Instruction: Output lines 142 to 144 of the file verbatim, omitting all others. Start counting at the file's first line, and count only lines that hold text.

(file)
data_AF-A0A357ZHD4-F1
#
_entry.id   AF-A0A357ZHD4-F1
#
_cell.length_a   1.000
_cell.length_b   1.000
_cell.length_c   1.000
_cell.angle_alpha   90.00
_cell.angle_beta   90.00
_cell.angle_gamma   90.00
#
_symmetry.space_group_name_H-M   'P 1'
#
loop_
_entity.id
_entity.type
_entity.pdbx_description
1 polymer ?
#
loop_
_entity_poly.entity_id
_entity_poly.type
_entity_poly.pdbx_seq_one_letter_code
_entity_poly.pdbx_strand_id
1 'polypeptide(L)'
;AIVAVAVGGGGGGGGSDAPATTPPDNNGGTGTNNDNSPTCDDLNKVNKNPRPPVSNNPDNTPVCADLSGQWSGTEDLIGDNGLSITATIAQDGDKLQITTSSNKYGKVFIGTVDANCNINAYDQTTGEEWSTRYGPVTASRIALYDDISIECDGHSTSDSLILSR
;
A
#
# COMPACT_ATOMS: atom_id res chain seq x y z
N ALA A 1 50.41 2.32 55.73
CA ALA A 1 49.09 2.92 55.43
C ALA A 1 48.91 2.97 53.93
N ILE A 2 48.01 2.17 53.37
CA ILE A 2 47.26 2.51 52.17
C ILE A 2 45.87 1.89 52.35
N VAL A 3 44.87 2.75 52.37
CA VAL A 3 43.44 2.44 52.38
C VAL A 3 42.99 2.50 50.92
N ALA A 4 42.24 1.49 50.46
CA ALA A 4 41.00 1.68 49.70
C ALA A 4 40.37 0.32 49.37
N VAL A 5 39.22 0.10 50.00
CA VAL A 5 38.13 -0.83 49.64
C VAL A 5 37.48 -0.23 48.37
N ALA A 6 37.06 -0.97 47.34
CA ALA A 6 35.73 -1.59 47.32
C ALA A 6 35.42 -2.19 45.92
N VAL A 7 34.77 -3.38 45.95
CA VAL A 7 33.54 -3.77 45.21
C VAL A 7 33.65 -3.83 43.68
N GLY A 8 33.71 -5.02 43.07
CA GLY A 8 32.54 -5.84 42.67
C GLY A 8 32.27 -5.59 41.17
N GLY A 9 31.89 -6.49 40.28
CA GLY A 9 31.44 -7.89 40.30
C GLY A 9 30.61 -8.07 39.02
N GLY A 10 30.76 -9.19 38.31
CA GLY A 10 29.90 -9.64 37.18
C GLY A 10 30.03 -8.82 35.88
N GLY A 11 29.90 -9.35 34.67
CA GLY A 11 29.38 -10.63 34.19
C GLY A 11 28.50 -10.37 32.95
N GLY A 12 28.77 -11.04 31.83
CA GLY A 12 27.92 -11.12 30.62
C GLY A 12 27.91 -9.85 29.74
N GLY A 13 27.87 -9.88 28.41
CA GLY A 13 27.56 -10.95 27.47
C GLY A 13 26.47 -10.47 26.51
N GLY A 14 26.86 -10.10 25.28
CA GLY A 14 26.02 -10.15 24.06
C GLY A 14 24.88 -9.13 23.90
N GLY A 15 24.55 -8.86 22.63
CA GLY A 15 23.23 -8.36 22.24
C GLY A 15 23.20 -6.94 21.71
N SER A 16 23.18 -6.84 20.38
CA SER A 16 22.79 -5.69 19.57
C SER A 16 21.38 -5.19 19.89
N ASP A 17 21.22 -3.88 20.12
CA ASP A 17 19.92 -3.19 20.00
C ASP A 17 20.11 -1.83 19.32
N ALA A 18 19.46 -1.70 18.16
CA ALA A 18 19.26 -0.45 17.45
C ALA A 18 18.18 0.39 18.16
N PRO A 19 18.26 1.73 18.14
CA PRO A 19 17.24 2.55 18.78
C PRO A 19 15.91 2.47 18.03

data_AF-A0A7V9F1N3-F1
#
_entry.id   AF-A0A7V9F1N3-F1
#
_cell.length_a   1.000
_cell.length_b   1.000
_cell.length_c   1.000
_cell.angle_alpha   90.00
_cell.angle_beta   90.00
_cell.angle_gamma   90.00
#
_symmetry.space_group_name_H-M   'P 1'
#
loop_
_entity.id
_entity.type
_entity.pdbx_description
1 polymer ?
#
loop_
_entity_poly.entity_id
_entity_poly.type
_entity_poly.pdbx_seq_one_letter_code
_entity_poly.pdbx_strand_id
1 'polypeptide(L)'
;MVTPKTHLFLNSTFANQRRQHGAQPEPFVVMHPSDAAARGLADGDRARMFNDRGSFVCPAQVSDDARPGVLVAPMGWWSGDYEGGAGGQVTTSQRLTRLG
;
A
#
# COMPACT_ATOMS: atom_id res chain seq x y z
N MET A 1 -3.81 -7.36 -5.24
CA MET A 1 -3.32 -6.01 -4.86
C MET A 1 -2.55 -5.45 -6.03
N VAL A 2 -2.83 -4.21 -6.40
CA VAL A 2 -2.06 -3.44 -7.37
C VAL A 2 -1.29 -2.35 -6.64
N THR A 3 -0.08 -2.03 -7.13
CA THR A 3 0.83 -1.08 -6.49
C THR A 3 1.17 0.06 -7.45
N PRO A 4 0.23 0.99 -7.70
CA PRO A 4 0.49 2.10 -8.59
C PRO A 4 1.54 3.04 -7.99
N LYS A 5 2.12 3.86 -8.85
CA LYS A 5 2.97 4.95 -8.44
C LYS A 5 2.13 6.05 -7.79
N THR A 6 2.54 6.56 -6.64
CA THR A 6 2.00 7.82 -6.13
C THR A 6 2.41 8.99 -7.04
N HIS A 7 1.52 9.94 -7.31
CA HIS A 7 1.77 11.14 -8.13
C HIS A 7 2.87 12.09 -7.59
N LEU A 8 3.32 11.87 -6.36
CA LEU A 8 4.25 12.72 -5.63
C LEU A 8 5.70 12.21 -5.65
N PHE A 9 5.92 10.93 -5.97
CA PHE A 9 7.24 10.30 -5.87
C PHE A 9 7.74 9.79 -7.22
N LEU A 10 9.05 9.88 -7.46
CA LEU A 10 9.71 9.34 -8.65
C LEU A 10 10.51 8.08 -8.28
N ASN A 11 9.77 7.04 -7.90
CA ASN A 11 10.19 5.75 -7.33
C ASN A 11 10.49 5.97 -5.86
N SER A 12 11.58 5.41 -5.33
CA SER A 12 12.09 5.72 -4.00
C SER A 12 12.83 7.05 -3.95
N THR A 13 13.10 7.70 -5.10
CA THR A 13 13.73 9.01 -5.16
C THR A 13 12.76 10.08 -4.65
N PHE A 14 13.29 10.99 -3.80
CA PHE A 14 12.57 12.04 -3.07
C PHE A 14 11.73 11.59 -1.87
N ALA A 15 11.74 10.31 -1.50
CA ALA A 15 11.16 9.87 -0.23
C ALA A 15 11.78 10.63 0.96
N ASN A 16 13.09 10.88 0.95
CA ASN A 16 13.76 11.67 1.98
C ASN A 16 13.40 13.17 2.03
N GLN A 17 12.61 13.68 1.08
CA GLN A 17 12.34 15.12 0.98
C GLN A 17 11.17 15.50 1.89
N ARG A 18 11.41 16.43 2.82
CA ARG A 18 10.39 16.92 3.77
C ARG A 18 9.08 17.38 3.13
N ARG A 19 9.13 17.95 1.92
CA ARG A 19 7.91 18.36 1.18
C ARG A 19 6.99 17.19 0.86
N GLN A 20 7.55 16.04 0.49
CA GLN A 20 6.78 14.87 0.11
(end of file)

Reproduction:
N PHE A 9 5.92 10.93 -5.97
CA PHE A 9 7.24 10.30 -5.87
C PHE A 9 7.74 9.79 -7.22